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Ratings will help lower WVU financing costs

CHARLESTON, W.Va. - West Virginia University earned "A" grades from two national credit ratings firms last week, marks that will help lower financing costs on more than $200 million in university improvement projects.

Standard and Poor's and Moody's, two of the country's three major credit rating agencies, both issued high ratings on more than $213 million worth of bonds WVU is planning to sell later this month.

Standard and Poor's rated the bonds "A " and Moody's issued a "Aa3" rating. Both ratings were on the upper end of the companies' rating scales.

The ratings mean analysts believe WVU has a strong ability to meet its obligation to pay off the bonds, making them a high-quality investment.

The higher ratings also mean WVU will be able to sell the bonds at lower interest rates when they take them to market, meaning the university will make smaller interest payments to investors over the life of the bonds.

In addition to the ratings on the new bonds, the two rating agencies also reaffirmed their strong ratings on WVU's existing bonds.

They also issued a stable outlook on the university's future finances.

"The stable outlook is based on Moody's expectation that WVU will continue to experience solid student demand trends for its undergraduate, graduate and professional programs, with healthy system-wide financial resource levels and favorable debt service coverage," the Moody's analysis said.

WVU officials welcomed the news, saying it shows the university is on strong footing as it moves forward with improvement plans in the coming years.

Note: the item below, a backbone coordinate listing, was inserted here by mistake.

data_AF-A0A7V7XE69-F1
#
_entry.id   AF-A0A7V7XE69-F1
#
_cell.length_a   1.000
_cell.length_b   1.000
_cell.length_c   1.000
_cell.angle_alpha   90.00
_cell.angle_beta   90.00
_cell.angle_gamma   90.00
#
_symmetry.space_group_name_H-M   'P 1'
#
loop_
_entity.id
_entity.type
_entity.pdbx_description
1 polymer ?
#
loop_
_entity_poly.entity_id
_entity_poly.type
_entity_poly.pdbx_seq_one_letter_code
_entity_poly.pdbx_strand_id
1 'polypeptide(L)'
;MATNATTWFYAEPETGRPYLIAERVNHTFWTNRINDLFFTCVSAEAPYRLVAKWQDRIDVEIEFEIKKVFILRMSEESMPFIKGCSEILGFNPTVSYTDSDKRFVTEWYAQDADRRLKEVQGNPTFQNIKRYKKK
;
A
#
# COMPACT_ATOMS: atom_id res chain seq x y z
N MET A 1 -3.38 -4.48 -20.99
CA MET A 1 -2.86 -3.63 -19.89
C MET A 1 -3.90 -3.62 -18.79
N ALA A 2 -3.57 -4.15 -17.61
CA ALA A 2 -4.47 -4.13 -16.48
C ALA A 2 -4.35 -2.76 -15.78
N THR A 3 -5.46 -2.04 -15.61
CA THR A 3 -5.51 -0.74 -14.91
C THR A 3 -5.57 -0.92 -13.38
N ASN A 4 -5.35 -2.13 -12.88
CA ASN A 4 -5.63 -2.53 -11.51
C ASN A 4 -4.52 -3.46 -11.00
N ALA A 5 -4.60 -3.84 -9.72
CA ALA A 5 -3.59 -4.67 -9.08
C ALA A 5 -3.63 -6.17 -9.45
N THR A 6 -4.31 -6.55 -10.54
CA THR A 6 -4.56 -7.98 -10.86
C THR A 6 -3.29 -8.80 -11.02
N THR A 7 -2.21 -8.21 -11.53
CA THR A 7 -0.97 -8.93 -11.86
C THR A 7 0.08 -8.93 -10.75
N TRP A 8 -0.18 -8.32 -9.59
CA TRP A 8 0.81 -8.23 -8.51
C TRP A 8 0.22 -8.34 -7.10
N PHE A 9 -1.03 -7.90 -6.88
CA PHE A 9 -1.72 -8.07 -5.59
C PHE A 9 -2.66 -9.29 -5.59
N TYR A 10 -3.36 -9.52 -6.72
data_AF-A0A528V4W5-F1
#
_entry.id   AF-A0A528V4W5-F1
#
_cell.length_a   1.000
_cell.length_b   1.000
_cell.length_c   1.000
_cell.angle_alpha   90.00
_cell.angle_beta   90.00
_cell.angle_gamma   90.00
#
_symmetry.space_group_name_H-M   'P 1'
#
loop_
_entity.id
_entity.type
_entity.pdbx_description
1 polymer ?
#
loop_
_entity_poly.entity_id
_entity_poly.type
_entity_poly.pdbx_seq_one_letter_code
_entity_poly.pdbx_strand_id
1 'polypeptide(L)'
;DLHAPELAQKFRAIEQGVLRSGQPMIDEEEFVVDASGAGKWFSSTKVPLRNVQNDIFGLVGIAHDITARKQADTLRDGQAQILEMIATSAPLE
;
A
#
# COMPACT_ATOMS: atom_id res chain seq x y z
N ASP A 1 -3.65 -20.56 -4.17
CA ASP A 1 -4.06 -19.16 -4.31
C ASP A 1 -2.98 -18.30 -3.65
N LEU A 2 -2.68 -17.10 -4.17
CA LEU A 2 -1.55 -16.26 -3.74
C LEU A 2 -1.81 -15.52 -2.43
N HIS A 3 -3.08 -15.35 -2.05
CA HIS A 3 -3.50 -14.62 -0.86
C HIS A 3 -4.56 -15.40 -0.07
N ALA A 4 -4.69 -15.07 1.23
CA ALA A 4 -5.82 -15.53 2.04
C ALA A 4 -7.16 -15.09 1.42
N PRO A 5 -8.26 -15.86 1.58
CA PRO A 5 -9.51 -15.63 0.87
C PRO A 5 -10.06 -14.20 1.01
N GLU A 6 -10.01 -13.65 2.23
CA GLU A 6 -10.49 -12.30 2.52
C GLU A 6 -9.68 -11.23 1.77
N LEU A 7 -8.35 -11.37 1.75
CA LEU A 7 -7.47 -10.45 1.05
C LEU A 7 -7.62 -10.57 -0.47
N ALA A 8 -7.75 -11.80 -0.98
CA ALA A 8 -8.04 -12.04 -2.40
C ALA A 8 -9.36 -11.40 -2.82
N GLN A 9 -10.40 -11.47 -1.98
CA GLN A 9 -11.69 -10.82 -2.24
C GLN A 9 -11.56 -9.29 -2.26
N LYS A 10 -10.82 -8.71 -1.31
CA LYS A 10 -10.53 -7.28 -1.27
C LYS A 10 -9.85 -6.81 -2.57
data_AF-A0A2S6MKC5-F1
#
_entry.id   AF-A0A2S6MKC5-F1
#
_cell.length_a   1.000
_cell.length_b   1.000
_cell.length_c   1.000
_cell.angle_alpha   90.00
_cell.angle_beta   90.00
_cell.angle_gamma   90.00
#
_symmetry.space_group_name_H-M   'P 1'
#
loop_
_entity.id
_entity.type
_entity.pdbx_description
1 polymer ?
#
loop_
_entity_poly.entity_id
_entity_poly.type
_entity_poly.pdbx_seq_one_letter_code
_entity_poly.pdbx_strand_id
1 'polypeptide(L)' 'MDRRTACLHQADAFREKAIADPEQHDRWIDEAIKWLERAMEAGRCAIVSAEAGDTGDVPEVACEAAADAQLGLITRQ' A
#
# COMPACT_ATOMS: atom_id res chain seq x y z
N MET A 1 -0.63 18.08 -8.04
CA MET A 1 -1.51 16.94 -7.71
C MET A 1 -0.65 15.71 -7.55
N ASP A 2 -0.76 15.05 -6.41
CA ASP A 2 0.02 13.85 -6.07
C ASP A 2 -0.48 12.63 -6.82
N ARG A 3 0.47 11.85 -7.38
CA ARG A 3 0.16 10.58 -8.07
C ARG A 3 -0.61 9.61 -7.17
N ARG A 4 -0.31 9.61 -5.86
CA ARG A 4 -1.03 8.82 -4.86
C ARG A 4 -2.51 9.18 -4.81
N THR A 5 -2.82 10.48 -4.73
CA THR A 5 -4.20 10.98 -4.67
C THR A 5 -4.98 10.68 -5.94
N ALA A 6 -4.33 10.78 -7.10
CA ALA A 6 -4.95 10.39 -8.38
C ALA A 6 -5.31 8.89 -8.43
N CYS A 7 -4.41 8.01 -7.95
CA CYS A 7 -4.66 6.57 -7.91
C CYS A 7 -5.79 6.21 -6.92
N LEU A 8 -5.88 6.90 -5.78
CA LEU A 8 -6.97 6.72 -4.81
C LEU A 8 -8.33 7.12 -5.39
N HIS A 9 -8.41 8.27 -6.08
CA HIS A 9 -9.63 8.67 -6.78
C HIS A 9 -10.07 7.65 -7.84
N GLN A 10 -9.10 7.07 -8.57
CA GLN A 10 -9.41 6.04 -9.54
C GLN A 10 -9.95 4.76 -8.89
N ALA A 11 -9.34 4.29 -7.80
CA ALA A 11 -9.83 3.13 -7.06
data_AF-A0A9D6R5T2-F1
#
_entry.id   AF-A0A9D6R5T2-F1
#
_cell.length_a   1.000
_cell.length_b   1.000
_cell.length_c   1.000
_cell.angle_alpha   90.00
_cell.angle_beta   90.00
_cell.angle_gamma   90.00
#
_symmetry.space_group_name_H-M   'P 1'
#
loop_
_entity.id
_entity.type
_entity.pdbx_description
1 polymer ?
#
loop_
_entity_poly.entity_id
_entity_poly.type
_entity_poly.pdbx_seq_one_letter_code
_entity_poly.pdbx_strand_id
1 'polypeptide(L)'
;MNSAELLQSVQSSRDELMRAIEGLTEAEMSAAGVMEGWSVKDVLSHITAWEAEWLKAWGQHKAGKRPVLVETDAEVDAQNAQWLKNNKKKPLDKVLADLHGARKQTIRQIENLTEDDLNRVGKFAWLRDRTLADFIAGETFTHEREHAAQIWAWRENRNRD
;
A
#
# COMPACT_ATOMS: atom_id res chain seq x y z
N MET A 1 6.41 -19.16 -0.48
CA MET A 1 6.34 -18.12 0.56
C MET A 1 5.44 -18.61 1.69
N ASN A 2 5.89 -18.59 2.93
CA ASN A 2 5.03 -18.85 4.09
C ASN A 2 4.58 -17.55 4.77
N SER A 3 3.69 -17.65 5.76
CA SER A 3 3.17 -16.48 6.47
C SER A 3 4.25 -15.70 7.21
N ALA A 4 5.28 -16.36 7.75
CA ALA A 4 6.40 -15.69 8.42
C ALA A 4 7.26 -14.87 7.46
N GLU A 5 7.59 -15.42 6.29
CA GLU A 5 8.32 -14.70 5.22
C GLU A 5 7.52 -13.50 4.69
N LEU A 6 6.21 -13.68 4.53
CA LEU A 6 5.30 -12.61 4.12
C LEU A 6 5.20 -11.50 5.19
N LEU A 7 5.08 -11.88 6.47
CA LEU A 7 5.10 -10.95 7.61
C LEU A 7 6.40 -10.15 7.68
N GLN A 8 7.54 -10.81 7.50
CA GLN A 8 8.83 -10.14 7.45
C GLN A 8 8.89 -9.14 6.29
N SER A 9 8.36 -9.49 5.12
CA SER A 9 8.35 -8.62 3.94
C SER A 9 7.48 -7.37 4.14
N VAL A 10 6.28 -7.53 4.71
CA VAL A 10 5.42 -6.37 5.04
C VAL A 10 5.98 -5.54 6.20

"As West Virginia University enters 10 years of construction projects that are expected to cost more than $320 million, this latest bond rating attests to WVU's strong financial position and is a positive statement on our future," Narvel Weese, WVU Vice President for Administration and Finance, said in a statement.

In the past six years, WVU has invested nearly a half a billion dollars in new construction and renovations across the Morgantown campus, as well as at its Potomac State College, WVU Tech and Jackson's Mill locations.

The WVU Board of Governors approved an updated 10-Year Campus Master Plan in December. The plan includes on more than $320 million in new facilities, infrastructure and renovations over the next five years.

The $213 million bond sale later this month is just one part of the ongoing plan.

The plan covers projects already under way, including the university's Advanced Engineering Research building, College of Law addition, College of Physical Activities and Sports Sciences building, Student Health and Wellness facility and the first phase of modernizations to the school's Personal Rapid Transit system.

Other projects planned over the next five years include a new Agricultural Sciences building, the WVU Art Museum and Evansdale Campus redevelopment, and updates to student housing.

While the firms did note the school's solid enrollment and good fundraising base, they did say WVU faces some financial challenges.

Most notable was an increase in recent years in other post-employment benefits, or OPEB, costs.

"The university's financial resource ratios have been substantially weakened since fiscal 2008 due to the recognition of large unfunded other post-retirement employee benefit liabilities," said Standard & Poor's credit analyst Shivani Singh.

According to Moody's, WVU's 2012 balance sheet was weighed down by a $161 million OPEB liability.

But both firms noted recent state action to reform OPEB liabilities.

Last year, Gov. Earl Ray Tomblin and the state Legislature passed a bill designed to pay down these costs over time.

Both rating agencies said the law should help improve WVU's balance sheet over time.

"Standard & Poor's will continue to monitor the state's progress in funding its OPEB liabilities and the impact of recent measures on the size of WVU's OPEB liabilities and financial resources in future years," the Standard and Poor's report said.

Contact writer Jared Hunt at or 304-348-5148.


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